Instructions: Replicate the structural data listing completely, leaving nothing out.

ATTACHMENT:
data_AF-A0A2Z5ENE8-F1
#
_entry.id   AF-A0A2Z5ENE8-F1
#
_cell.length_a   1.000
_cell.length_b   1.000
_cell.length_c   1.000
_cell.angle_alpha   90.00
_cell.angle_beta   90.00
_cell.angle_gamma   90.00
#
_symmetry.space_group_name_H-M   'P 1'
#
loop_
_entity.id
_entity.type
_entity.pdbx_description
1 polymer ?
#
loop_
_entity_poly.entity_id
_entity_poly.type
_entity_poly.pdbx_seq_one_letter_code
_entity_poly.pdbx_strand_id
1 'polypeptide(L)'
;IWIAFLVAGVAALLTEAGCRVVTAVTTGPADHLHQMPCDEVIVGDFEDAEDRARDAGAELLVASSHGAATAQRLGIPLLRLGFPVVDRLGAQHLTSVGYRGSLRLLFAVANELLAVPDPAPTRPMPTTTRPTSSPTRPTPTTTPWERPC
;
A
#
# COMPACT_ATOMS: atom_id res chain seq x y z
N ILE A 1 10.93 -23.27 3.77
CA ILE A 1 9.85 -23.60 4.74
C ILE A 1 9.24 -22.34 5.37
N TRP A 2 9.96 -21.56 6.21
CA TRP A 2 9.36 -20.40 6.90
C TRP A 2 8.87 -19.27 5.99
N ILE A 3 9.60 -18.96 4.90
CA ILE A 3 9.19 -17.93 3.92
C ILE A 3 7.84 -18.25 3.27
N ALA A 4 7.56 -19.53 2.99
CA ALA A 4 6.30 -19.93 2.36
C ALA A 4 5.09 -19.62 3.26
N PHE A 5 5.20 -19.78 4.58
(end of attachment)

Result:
data_AF-A0A2Z5ENE8-F1
#
_entry.id   AF-A0A2Z5ENE8-F1
#
_cell.length_a   1.000
_cell.length_b   1.000
_cell.length_c   1.000
_cell.angle_alpha   90.00
_cell.angle_beta   90.00
_cell.angle_gamma   90.00
#
_symmetry.space_group_name_H-M   'P 1'
#
loop_
_entity.id
_entity.type
_entity.pdbx_description
1 polymer ?
#
loop_
_entity_poly.entity_id
_entity_poly.type
_entity_poly.pdbx_seq_one_letter_code
_entity_poly.pdbx_strand_id
1 'polypeptide(L)'
;IWIAFLVAGVAALLTEAGCRVVTAVTTGPADHLHQMPCDEVIVGDFEDAEDRARDAGAELLVASSHGAATAQRLGIPLLRLGFPVVDRLGAQHLTSVGYRGSLRLLFAVANELLAVPDPAPTRPMPTTTRPTSSPTRPTPTTTPWERPC
;
A
#
# COMPACT_ATOMS: atom_id res chain seq x y z
N ILE A 1 10.93 -23.27 3.77
CA ILE A 1 9.85 -23.60 4.74
C ILE A 1 9.24 -22.34 5.37
N TRP A 2 9.96 -21.56 6.21
CA TRP A 2 9.36 -20.40 6.90
C TRP A 2 8.87 -19.27 5.99
N ILE A 3 9.60 -18.96 4.90
CA ILE A 3 9.19 -17.93 3.92
C ILE A 3 7.84 -18.25 3.27
N ALA A 4 7.56 -19.53 2.99
CA ALA A 4 6.30 -19.93 2.36
C ALA A 4 5.09 -19.62 3.26
N PHE A 5 5.20 -19.78 4.58